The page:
Re: [tcpm] draft-ananth-tcpm-persist-00.txt as a WG document

David Borman <> Fri, 03 October 2008 21:06 UTC

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From: David Borman <>
To: Murali Bashyam <>
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Date: Fri, 03 Oct 2008 16:04:48 -0500
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Cc: "Anantha Ramaiah (ananth)" <>, "" <>, Ted Faber <>, Murali Bashyam <>
Subject: Re: [tcpm] draft-ananth-tcpm-persist-00.txt as a WG document
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On Oct 3, 2008, at 2:37 PM, Murali Bashyam wrote:
> My intent was that even where TCP implementations have a scheme for   
> dropping connections in the event
> of resource exhaustion (such as the Linux one does), they have  
> excluded connections in this state.
> The point i am trying to convey is that the 1122 portion has  
> (mis)guided them in that direction.

If this is true, it should be clarified.  1122 does not in any way say  
that ABORT does not apply to connections in persist state (probing a  
zero window).

>> In light of that I think that the sentence about "TCP itself SHOULD
>> not[sic] take any action..." is more confusing than the 1122 section.
>> It seems to imply that TCP might react differently to an abort than
>> the single paragraph in 793, and I don't think that's the case.
> What's meant here is that it's okay for the connection to get  
> aborted in this state, whatever the mechanism for doing
> so maybe: TCP can abort the connection and inform the application,  
> similar to the retransmit/persist timeout mechanisms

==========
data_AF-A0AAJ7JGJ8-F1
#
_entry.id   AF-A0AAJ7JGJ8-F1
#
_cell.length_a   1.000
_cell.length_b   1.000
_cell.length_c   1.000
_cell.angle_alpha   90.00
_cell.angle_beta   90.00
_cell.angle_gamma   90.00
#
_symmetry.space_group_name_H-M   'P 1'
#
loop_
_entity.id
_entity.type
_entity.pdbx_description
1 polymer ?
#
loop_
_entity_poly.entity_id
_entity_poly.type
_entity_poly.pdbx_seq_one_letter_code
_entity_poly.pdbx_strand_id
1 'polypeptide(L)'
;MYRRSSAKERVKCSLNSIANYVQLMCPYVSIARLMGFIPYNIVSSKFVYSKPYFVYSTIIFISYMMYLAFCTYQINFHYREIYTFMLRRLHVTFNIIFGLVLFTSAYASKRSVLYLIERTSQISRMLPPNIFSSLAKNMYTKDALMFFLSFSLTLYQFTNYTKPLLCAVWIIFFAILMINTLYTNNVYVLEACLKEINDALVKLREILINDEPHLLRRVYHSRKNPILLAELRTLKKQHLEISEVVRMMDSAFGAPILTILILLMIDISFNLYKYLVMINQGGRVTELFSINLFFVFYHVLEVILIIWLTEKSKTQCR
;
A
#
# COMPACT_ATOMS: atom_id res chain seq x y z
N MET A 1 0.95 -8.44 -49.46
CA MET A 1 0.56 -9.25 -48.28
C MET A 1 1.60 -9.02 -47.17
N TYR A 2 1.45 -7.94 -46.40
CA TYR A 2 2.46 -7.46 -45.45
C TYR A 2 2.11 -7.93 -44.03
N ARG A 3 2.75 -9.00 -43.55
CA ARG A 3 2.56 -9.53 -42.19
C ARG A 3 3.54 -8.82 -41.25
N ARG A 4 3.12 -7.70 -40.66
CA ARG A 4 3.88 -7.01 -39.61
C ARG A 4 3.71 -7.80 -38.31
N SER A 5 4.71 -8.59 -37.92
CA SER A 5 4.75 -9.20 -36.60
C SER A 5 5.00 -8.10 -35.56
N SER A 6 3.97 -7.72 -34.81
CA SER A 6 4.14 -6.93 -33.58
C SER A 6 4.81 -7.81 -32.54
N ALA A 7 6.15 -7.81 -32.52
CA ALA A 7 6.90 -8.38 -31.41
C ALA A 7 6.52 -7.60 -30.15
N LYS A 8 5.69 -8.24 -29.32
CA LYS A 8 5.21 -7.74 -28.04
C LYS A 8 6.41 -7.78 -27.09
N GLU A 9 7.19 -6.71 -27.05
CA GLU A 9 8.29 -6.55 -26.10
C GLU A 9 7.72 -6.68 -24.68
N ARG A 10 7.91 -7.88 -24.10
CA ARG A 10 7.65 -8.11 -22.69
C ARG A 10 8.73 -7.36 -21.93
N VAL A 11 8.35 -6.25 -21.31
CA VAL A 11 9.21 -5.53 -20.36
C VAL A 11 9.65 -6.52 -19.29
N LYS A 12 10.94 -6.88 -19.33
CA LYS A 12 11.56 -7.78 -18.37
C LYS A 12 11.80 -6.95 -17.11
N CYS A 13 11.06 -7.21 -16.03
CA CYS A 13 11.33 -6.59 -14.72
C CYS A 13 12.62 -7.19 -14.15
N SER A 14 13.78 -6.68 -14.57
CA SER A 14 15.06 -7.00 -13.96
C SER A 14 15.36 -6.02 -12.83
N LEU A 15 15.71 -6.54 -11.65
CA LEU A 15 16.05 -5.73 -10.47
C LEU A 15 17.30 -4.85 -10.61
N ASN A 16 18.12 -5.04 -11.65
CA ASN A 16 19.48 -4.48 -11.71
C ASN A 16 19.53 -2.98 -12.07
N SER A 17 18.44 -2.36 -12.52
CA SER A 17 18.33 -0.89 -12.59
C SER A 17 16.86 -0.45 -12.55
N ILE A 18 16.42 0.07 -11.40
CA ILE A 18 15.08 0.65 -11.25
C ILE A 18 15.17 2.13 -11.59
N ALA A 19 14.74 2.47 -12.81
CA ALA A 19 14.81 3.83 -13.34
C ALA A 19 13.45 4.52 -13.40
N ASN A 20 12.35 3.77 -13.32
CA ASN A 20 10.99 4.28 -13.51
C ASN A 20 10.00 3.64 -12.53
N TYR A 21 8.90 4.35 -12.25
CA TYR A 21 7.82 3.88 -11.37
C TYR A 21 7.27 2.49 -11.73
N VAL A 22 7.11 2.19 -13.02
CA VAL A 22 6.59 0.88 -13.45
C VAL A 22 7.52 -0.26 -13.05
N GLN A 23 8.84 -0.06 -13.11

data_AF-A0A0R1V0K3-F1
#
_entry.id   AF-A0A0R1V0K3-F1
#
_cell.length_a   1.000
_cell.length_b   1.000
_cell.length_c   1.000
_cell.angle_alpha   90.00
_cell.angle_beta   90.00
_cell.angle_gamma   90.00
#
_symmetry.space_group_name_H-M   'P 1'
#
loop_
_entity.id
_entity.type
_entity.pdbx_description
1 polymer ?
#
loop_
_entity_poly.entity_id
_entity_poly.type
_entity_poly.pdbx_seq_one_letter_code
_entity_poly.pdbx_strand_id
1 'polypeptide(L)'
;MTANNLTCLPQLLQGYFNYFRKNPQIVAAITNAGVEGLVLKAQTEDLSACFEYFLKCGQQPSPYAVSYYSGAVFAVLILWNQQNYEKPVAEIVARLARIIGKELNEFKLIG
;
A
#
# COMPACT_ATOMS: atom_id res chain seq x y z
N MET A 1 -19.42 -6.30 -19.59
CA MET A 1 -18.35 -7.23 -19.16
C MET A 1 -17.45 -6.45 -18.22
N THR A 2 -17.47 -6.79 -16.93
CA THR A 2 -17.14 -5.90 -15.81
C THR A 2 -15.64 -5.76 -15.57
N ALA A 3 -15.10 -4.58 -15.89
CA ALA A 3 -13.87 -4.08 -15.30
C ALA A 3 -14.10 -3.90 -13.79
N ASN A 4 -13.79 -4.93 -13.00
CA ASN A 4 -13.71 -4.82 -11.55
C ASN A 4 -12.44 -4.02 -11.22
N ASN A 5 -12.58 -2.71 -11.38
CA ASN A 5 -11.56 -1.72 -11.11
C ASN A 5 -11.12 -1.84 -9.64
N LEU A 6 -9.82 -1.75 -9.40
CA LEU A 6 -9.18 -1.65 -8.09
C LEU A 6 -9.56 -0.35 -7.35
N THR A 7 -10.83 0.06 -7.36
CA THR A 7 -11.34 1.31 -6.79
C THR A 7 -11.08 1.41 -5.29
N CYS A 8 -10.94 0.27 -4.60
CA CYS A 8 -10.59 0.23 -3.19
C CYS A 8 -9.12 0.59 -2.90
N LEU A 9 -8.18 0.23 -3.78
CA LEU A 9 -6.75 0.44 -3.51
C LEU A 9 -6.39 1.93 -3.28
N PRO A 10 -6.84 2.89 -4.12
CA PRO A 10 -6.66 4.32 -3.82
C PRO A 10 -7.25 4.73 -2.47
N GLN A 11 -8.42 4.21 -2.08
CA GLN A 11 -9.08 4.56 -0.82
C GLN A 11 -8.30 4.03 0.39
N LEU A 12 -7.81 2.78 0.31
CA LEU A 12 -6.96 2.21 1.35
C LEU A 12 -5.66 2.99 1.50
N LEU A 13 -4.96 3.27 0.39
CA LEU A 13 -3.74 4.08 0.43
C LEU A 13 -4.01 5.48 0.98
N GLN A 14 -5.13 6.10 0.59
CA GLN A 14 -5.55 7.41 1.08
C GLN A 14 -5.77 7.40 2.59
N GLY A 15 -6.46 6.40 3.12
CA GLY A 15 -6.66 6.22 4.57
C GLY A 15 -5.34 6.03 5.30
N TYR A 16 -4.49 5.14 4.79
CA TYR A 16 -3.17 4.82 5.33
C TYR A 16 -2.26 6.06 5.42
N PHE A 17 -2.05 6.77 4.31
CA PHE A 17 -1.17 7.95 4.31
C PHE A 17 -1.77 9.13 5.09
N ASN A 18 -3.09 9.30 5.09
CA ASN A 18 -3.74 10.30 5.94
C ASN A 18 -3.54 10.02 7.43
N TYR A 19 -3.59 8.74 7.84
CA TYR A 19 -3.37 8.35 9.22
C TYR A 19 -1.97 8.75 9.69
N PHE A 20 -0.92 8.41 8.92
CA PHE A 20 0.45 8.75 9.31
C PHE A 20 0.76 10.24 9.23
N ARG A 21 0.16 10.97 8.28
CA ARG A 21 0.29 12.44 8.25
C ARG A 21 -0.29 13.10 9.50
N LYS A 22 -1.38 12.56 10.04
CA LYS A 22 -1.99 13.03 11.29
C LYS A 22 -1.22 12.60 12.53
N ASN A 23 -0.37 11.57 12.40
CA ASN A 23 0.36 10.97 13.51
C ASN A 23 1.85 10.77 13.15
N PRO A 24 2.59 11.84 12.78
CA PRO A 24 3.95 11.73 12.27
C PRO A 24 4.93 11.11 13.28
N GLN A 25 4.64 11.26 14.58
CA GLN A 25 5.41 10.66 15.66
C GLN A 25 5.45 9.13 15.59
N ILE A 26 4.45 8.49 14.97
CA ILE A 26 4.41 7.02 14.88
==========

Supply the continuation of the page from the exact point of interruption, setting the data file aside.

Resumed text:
> already in place, or the application can choose to abort the  
> connection based policy, or the OS can do so based
> on resource management criteria. We can re-word that sentence and  
> paragraph to reflect this.

Just to be clear: TCP DOES NOT ABORT THE CONNECTION!  The OS or the  
application can choose to ABORT the connection, but TCP does not make  
this decision.  TCP does have retransmit timers, and it is allowed to  
terminate unresponsive connections, but it does not abort connections  
just because they are in persist state for long periods of time.   
Until you are running out of resources there is no good reason to  
terminate connections in persist state, and when you are running out  
of resources, it is the OS that is deciding whether or not to ABORT  
any TCP connections.

>> Now, a strictly defined abort command seems to somewhat contradict my
>> earlier comments about allowing implementers some freedom.  This is a
>> spot where the standards body has required a specific tool to be
>> available to applications (and OSes and resource managers): there  
>> must
>> be a way to annihilate a TCP connection from outside without regard  
>> to
>> its state or anything else.  The standard is silent about how the
>> command is used; that's the flexibility here.
> The abort semantics as specified by 793 are clear, they are not  
> specific to a particular state, it's the opinion
> of the authors that 1122 excludes it from being applied in this state.

Yes, that is an opinion, but it is wrong.  In no way does 1122 say  
that connections in persist state cannot be ABORTed.  What 1122 does  
say is that a connection being in persist state for a long time is not  
sufficient reason *by itself* to terminate a TCP connection, i.e.,  
don't time it out like you would a connection to a non-responsive host.

			-David Borman

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